What does faith mean? Can a loving God exist, despite the reality of evil and suffering in the world? In this widely discussed book, John Hick addresses these and other major issues posing challenges to contemporary religious belief.
As the world moves towards a new era of multiculturalism and religious pluralism, the relationship between Christians and the non-Christian majority of the human race becomes a matter of urgent importance. Here Professor Hick offers his much debated proposal for a Copernican revolution in our understanding of Christianity and the great world faiths revolving around the Christian revelation, to a Copernican theology in which the different world faiths are seen as responses to the one divine reality, God. The result is a controversial conception of Christianity and of the wider religious life of humanity.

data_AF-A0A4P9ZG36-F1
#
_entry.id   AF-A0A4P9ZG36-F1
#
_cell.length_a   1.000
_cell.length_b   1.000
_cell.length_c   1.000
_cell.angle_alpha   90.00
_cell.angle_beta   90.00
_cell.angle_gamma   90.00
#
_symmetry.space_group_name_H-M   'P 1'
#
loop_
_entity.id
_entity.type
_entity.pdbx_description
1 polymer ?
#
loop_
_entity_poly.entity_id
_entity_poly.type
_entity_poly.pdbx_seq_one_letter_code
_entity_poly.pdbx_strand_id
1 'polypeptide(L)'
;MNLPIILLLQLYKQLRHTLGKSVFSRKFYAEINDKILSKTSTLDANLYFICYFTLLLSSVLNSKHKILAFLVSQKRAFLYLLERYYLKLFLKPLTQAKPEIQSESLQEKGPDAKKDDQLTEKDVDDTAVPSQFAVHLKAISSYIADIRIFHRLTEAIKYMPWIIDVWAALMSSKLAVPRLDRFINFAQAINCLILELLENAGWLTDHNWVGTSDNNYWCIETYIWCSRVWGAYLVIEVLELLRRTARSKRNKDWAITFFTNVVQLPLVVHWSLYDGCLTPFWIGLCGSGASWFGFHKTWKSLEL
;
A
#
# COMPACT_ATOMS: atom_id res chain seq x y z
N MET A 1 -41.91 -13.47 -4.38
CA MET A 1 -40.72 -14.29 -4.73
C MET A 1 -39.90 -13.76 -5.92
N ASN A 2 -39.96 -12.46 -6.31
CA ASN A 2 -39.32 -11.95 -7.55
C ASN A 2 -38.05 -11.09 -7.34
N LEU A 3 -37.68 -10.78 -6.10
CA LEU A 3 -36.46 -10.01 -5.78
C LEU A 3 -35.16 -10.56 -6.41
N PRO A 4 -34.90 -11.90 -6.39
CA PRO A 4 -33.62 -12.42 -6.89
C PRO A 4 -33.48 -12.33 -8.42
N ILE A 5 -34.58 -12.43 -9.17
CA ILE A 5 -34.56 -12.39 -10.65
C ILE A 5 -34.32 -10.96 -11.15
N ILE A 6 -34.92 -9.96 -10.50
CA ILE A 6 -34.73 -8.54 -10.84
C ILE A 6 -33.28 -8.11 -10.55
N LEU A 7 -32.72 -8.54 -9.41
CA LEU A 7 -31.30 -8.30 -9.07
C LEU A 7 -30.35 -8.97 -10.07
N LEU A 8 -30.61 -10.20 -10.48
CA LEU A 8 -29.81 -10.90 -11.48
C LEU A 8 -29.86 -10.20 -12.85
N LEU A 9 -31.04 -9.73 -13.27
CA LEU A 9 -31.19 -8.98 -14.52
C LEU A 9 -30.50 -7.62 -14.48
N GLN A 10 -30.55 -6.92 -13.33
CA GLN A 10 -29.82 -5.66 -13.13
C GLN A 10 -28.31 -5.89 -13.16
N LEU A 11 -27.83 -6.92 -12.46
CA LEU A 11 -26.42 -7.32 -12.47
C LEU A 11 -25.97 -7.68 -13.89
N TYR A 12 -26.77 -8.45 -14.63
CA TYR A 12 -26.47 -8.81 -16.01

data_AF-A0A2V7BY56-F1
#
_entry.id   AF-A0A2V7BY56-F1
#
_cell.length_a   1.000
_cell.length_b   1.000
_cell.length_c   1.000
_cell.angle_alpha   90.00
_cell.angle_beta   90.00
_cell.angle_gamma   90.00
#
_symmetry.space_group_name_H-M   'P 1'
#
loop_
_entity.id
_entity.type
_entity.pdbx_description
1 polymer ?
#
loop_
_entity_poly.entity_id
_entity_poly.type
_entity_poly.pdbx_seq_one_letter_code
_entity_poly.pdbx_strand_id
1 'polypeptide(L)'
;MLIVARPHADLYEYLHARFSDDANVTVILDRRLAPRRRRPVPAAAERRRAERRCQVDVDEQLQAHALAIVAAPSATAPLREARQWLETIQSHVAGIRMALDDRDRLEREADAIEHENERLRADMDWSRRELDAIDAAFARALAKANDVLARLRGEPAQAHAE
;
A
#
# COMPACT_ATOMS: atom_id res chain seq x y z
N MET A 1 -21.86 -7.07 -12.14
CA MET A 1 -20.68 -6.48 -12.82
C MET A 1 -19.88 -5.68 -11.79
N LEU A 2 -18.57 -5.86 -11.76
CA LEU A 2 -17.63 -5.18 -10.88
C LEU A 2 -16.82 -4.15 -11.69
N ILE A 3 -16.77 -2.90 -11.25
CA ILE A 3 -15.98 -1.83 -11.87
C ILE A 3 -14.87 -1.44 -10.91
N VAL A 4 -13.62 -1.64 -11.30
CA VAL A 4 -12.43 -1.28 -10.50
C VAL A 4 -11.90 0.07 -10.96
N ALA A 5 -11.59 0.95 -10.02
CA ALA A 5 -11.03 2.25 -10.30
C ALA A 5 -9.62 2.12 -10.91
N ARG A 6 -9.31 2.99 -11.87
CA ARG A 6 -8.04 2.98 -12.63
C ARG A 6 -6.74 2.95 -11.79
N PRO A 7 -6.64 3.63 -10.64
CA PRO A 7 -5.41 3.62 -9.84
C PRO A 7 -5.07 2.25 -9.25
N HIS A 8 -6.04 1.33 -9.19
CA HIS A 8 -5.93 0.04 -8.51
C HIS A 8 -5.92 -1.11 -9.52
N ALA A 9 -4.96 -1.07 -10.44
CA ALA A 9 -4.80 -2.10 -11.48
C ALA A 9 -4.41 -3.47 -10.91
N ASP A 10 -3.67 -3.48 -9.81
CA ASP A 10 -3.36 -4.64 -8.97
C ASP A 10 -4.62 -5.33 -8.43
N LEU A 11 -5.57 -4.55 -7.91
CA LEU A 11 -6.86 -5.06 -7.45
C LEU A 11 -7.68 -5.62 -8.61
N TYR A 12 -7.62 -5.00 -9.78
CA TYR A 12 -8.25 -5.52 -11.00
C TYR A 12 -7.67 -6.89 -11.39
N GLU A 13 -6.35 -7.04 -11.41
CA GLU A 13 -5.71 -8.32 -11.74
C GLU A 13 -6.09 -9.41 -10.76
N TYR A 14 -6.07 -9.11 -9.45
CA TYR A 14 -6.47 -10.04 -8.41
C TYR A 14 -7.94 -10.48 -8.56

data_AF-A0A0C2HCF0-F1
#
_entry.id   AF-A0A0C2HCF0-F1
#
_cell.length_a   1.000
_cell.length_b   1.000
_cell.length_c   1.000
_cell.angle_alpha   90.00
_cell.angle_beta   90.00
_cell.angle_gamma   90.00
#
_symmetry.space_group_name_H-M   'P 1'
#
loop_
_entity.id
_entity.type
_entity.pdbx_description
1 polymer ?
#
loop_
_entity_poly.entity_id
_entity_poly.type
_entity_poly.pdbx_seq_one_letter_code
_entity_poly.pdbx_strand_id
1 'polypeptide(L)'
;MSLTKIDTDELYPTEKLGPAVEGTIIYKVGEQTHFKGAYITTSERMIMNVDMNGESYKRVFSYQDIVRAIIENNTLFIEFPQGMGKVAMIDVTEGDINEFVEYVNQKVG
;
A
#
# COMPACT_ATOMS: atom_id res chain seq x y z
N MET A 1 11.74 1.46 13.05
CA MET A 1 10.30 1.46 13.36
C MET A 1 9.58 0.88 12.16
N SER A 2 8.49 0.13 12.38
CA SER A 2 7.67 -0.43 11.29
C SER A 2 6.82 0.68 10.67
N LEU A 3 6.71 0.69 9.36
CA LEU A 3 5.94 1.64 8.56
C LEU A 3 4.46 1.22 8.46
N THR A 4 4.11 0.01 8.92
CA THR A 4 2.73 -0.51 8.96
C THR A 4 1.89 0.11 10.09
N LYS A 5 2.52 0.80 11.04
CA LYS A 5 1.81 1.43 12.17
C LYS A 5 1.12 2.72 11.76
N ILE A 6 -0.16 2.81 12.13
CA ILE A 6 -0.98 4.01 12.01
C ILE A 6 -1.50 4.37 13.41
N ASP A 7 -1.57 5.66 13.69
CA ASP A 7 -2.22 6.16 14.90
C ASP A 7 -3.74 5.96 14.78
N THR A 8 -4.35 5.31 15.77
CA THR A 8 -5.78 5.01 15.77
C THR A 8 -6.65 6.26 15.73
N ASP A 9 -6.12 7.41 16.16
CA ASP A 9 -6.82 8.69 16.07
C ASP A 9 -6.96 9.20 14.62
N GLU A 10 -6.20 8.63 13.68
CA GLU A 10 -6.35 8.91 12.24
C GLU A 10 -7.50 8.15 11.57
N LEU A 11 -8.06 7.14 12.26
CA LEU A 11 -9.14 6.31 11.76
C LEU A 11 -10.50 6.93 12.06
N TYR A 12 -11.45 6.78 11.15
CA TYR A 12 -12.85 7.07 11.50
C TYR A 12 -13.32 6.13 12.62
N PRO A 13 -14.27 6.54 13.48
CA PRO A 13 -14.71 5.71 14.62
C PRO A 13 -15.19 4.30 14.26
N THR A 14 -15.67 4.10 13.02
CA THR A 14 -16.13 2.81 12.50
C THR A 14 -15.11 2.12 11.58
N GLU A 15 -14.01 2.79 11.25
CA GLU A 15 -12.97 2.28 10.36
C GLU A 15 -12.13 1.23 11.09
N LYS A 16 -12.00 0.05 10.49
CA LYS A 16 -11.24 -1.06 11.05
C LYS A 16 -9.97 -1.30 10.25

Format: Softcover book, 201 pages.
Publisher: Oneworld, 1973; reprint 1993.
John Hick, winner of the 1991 Grawemeyer Award for the most significant new thinking in religion during the past five years, is a Fellow of the Institute for Advanced Research in the Humanities at Birmingham University, U.K. and Danforth Professor of the Philosophy of Religion, emeritus, at the Claremont Graduate School, California.
He is the author of many books on theology and the philosophy of religion, including An Interpretation of Religion; Faith and Knowledge; Problems of Religious Pluralism; Arguments for the Existence of God; and Three Faiths – One God: A Jewish, Christian, Muslim Encounter.